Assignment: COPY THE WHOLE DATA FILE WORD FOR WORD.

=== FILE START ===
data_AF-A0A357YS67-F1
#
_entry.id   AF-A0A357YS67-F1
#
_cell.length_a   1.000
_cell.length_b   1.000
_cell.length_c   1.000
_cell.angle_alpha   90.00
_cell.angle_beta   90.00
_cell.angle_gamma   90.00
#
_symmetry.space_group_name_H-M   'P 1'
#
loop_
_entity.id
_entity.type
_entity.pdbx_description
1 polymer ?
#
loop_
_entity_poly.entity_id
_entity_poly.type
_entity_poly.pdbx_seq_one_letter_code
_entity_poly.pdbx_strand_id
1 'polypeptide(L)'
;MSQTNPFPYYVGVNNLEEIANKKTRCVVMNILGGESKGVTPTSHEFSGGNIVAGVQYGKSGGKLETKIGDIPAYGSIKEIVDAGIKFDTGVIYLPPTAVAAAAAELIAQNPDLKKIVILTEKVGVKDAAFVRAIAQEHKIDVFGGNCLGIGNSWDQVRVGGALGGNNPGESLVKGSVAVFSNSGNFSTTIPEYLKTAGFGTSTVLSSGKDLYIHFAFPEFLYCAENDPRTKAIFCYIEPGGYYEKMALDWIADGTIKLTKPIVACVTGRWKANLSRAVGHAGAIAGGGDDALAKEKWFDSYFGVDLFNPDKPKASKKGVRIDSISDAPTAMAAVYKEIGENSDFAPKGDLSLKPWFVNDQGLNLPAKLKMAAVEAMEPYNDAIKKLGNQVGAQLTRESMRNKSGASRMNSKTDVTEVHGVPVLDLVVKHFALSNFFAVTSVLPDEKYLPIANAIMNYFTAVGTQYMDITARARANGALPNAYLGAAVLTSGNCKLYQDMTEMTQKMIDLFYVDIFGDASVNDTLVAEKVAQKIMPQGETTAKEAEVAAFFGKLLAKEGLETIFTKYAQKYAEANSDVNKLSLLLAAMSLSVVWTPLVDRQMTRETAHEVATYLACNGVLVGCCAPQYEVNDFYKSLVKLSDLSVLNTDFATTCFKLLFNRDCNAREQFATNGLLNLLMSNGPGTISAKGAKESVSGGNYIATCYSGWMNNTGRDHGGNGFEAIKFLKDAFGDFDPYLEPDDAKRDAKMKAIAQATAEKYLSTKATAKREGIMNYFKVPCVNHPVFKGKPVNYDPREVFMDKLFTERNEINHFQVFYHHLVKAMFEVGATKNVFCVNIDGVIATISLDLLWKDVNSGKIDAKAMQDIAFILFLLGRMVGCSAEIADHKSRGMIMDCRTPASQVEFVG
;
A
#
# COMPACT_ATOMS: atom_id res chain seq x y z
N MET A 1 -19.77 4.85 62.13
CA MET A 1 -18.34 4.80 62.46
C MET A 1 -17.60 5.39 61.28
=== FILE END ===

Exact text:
data_AF-A0A357YS67-F1
#
_entry.id   AF-A0A357YS67-F1
#
_cell.length_a   1.000
_cell.length_b   1.000
_cell.length_c   1.000
_cell.angle_alpha   90.00
_cell.angle_beta   90.00
_cell.angle_gamma   90.00
#
_symmetry.space_group_name_H-M   'P 1'
#
loop_
_entity.id
_entity.type
_entity.pdbx_description
1 polymer ?
#
loop_
_entity_poly.entity_id
_entity_poly.type
_entity_poly.pdbx_seq_one_letter_code
_entity_poly.pdbx_strand_id
1 'polypeptide(L)'
;MSQTNPFPYYVGVNNLEEIANKKTRCVVMNILGGESKGVTPTSHEFSGGNIVAGVQYGKSGGKLETKIGDIPAYGSIKEIVDAGIKFDTGVIYLPPTAVAAAAAELIAQNPDLKKIVILTEKVGVKDAAFVRAIAQEHKIDVFGGNCLGIGNSWDQVRVGGALGGNNPGESLVKGSVAVFSNSGNFSTTIPEYLKTAGFGTSTVLSSGKDLYIHFAFPEFLYCAENDPRTKAIFCYIEPGGYYEKMALDWIADGTIKLTKPIVACVTGRWKANLSRAVGHAGAIAGGGDDALAKEKWFDSYFGVDLFNPDKPKASKKGVRIDSISDAPTAMAAVYKEIGENSDFAPKGDLSLKPWFVNDQGLNLPAKLKMAAVEAMEPYNDAIKKLGNQVGAQLTRESMRNKSGASRMNSKTDVTEVHGVPVLDLVVKHFALSNFFAVTSVLPDEKYLPIANAIMNYFTAVGTQYMDITARARANGALPNAYLGAAVLTSGNCKLYQDMTEMTQKMIDLFYVDIFGDASVNDTLVAEKVAQKIMPQGETTAKEAEVAAFFGKLLAKEGLETIFTKYAQKYAEANSDVNKLSLLLAAMSLSVVWTPLVDRQMTRETAHEVATYLACNGVLVGCCAPQYEVNDFYKSLVKLSDLSVLNTDFATTCFKLLFNRDCNAREQFATNGLLNLLMSNGPGTISAKGAKESVSGGNYIATCYSGWMNNTGRDHGGNGFEAIKFLKDAFGDFDPYLEPDDAKRDAKMKAIAQATAEKYLSTKATAKREGIMNYFKVPCVNHPVFKGKPVNYDPREVFMDKLFTERNEINHFQVFYHHLVKAMFEVGATKNVFCVNIDGVIATISLDLLWKDVNSGKIDAKAMQDIAFILFLLGRMVGCSAEIADHKSRGMIMDCRTPASQVEFVG
;
A
#
# COMPACT_ATOMS: atom_id res chain seq x y z
N MET A 1 -19.77 4.85 62.13
CA MET A 1 -18.34 4.80 62.46
C MET A 1 -17.60 5.39 61.28